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Let us take a simple redshift of a spectral line from a moving galaxy. This means we are dealing with special relativity equations.


In the center of mass system of the excited atom ("deexcited-atom and photon" )the spectral line is fixed if our rest frame coincides with the rest frame of the atom . We observe it as at the star level on the left of the image.

The next line from the bottom is a nearby galaxy, this galaxy is moving, and so the rest system of the atom is moving with respect to us. We see the photon with less energy and if we could measure the deexcited atom we would see it balance the energy. In relativistic speeds one should use the special relativity equations.That is how we find that the galaxy is moving after all!

It is similar to shooting from a moving train: if ahead the bullet will gain energy from the train, if behind, the train will gain energy from the bullet and the bullet will be slower. For an observer at rest on the ground the two bullets will have different energies even though the gun shoots with the same energy at the rest frame of the train.

These redshift observations led to Hubbles law,

Hubble's law is the name for the observation in physical cosmology that: (1) objects observed in deep space (extragalactic space, ~10 megaparsecs or more) are found to have a Doppler shift interpretable as relative velocity away from the Earth; and (2) that this Doppler-shift-measured velocity, of various galaxies receding from the Earth, is approximately proportional to their distance from the Earth for galaxies up to a few hundred megaparsecs away. This is normally interpreted as a direct, physical observation of the expansion of the spatial volume of the observable universe.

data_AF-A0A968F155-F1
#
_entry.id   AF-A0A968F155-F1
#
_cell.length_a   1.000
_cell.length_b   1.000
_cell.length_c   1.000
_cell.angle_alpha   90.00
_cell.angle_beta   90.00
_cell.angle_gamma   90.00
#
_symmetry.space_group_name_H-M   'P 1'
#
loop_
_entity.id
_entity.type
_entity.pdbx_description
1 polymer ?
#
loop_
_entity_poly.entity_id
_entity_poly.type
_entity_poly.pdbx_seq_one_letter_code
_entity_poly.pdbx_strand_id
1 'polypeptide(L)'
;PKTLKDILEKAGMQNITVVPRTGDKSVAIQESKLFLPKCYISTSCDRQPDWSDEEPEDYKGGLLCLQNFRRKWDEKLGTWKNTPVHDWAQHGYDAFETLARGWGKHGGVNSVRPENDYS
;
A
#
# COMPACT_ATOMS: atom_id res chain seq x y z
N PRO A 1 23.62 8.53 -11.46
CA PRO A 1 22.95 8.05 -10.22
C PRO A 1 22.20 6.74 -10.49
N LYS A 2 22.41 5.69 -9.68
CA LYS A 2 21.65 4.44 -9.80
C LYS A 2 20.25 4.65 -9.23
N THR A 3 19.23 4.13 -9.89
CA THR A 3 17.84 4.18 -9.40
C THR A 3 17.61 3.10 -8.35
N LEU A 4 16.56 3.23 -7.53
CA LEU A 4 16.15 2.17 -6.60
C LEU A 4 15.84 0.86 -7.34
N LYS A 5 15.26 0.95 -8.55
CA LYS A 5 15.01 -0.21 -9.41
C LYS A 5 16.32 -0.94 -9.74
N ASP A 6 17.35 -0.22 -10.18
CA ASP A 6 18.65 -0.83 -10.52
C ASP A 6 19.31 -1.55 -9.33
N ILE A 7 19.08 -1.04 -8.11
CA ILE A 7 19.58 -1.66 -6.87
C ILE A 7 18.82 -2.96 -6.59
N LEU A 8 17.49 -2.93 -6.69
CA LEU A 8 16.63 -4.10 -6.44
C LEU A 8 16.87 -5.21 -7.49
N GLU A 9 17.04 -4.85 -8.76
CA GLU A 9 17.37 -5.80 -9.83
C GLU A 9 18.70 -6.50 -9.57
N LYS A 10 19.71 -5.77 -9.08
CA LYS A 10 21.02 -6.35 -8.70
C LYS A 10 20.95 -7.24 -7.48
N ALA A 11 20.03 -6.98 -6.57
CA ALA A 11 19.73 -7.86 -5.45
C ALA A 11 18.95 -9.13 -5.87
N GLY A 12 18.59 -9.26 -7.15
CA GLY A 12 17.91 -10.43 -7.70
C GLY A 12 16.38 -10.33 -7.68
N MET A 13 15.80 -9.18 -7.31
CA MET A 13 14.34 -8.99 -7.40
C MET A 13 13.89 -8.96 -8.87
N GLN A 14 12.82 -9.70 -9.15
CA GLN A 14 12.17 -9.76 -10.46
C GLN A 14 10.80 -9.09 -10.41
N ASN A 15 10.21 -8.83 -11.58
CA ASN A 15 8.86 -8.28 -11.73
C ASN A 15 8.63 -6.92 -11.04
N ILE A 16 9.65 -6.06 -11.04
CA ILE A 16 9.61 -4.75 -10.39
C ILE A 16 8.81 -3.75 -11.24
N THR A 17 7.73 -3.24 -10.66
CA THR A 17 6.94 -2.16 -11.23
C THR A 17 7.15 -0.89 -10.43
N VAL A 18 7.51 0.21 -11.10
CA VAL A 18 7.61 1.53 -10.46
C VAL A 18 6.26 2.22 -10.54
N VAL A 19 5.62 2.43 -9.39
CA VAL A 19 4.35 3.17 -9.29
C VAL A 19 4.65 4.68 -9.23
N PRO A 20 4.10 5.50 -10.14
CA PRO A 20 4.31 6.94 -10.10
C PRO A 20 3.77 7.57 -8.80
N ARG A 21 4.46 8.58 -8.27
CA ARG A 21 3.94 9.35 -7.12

My argument above relates to reference frames and does not discuss expansion of space itself as in cosmological models. As far as measurements go I do not see why it would not hold, that the atom moving away from us and the photon arriving in our detectors have to balance the energy , after all each photon signals a single interaction. It is all a matter of reference frames, imo.

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anna :may be you would like to read my version here –  Helder Velez Jun 10 at 22:11